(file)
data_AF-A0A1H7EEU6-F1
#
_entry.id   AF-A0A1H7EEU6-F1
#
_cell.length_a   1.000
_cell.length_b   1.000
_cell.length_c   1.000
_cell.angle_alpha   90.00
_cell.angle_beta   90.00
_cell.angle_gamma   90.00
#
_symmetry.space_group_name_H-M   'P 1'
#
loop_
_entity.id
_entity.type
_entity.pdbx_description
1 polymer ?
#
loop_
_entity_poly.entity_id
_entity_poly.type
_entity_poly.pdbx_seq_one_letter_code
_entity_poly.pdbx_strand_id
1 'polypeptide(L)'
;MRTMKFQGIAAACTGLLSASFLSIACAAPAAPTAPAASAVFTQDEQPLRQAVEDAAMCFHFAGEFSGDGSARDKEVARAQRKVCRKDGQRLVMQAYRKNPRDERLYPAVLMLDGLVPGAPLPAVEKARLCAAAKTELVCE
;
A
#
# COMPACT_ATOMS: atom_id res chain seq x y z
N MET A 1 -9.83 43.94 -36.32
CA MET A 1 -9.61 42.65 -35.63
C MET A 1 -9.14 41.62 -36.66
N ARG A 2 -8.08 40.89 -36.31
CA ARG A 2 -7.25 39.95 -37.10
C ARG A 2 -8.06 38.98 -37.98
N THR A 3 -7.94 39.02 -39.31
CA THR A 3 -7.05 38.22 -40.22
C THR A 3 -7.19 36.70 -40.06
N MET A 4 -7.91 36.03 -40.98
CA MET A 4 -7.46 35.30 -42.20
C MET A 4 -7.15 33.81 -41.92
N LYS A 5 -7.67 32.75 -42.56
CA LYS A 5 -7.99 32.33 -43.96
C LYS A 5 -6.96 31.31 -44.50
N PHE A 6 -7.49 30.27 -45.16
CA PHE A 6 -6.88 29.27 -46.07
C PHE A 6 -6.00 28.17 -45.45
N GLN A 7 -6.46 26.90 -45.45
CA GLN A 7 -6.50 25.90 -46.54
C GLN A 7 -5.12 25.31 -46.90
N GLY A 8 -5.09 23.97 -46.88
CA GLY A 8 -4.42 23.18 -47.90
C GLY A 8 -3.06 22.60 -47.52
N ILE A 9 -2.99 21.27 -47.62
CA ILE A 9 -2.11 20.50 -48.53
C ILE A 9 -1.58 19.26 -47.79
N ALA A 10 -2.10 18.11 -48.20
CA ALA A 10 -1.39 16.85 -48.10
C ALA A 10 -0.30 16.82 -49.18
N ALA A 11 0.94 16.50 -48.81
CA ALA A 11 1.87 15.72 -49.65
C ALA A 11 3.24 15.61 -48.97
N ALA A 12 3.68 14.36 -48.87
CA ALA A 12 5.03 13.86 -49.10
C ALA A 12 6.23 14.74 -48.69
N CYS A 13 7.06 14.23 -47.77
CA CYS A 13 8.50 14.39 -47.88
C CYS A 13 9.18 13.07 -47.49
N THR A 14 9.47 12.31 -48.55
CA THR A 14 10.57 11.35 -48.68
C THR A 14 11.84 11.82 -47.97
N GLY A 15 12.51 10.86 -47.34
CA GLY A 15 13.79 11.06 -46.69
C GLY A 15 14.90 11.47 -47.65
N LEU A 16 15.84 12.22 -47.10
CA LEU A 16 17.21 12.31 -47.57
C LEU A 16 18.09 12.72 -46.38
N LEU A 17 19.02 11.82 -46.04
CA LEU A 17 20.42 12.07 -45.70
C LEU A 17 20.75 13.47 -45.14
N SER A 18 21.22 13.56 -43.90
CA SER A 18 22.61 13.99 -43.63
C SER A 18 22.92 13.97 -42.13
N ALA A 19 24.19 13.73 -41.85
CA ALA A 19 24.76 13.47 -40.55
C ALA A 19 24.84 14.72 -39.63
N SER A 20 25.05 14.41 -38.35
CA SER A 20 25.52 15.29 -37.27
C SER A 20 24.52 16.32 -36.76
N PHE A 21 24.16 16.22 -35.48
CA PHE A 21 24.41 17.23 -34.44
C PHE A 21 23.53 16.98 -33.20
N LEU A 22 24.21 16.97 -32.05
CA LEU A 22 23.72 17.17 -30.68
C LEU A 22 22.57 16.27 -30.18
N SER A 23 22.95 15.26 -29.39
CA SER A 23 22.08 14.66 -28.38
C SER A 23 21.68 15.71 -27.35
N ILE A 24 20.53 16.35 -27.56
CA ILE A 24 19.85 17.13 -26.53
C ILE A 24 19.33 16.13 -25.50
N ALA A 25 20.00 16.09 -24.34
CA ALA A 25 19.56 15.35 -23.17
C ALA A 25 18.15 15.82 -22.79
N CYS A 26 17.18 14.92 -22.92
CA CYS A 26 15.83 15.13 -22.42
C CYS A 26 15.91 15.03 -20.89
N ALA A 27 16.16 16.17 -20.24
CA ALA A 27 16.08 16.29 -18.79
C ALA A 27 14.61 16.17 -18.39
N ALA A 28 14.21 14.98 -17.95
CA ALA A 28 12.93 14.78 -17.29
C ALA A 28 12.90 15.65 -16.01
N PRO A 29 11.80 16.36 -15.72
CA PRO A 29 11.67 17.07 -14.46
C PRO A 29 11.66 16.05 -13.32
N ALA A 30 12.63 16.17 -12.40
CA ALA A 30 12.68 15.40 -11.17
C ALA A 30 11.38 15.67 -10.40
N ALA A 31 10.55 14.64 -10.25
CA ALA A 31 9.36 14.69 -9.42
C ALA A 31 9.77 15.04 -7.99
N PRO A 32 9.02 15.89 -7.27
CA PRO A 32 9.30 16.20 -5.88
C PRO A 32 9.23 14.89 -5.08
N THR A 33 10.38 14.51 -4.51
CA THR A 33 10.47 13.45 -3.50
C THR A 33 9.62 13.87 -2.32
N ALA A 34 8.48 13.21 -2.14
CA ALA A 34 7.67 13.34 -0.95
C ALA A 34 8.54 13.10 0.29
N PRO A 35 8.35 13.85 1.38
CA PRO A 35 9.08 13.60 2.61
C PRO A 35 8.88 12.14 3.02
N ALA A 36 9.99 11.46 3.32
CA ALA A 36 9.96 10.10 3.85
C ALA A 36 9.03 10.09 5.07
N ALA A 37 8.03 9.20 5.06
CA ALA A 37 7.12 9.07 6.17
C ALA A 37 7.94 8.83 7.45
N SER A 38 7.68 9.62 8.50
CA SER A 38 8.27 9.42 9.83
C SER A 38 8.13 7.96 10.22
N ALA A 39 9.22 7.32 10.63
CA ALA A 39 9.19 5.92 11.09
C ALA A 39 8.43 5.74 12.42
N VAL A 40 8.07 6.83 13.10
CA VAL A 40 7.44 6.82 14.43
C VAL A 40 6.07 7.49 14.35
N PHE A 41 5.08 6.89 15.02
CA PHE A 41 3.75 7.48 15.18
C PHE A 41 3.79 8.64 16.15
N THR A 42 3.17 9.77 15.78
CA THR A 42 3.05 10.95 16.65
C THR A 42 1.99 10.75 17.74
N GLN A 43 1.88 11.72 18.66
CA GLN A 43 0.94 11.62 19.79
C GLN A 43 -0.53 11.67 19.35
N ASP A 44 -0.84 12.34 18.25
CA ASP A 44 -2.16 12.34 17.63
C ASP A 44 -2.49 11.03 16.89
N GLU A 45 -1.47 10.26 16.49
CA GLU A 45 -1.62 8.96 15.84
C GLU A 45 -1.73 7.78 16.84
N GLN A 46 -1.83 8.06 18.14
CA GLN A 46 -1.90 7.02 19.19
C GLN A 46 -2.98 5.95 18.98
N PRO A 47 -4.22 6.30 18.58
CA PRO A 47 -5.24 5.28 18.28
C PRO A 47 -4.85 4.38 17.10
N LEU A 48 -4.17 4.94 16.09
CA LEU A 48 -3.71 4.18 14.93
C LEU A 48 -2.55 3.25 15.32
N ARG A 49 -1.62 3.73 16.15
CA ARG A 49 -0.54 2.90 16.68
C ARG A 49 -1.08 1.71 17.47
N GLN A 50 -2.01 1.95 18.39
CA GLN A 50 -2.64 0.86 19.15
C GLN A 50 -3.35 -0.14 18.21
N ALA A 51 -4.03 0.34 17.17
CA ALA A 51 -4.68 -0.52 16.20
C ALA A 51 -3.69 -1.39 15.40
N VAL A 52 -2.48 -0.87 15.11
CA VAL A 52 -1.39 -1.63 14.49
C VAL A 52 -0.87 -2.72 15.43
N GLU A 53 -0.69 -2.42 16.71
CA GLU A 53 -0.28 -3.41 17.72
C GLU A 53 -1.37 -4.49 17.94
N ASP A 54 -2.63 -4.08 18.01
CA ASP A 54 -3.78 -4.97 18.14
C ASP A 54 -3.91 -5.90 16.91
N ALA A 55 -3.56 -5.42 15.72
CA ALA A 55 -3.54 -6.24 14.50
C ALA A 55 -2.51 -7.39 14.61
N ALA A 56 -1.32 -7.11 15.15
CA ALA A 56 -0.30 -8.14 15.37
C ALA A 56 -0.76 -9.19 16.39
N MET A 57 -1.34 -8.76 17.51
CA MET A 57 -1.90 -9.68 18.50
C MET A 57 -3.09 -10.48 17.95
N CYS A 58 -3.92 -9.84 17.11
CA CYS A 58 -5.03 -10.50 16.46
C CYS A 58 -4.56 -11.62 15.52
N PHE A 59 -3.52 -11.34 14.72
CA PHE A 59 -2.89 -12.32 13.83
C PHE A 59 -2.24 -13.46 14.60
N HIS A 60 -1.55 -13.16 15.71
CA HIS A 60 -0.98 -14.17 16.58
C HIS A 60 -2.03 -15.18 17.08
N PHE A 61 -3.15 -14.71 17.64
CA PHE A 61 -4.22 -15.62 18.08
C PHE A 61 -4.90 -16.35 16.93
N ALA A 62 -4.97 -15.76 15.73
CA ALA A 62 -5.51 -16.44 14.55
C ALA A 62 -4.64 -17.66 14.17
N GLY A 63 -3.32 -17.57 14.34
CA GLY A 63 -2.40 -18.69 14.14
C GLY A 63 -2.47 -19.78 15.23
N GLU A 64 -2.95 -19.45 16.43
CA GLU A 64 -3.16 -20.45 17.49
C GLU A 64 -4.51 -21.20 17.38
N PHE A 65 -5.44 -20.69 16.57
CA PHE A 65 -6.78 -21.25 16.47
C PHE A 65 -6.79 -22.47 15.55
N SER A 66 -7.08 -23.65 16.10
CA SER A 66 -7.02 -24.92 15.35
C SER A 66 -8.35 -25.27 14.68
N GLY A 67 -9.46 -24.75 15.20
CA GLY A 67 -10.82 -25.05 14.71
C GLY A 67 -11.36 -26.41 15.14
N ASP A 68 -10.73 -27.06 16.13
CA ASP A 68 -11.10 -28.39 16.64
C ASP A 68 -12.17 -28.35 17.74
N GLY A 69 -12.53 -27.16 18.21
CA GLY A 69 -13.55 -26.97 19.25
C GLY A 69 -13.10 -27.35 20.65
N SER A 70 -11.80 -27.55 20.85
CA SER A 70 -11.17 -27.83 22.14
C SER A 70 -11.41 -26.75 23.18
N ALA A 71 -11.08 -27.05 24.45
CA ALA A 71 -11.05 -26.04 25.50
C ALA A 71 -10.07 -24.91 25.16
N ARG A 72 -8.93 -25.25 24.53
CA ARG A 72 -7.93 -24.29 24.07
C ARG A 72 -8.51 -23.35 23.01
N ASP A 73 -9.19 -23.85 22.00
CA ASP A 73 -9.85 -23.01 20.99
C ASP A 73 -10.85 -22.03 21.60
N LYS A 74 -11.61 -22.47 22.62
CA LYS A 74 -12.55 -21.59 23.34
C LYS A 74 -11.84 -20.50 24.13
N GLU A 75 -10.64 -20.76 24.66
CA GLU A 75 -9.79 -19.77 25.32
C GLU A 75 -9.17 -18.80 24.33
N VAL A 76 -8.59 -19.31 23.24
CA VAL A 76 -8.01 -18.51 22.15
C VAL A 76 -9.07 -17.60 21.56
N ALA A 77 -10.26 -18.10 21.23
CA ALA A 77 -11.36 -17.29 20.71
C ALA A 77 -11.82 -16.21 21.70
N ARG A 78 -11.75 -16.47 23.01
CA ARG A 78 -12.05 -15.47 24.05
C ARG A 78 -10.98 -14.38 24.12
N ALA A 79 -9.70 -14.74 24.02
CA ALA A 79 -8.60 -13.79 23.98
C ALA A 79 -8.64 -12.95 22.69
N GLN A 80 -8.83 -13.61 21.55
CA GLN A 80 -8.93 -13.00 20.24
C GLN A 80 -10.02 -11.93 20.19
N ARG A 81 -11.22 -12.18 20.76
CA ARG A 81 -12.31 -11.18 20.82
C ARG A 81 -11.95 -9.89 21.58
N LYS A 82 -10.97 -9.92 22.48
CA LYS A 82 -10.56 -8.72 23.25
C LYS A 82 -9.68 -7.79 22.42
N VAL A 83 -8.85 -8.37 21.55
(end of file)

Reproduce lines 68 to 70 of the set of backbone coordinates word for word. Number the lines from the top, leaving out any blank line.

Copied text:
CA CYS A 13 8.50 14.39 -47.88
C CYS A 13 9.18 13.07 -47.49
N THR A 14 9.47 12.31 -48.55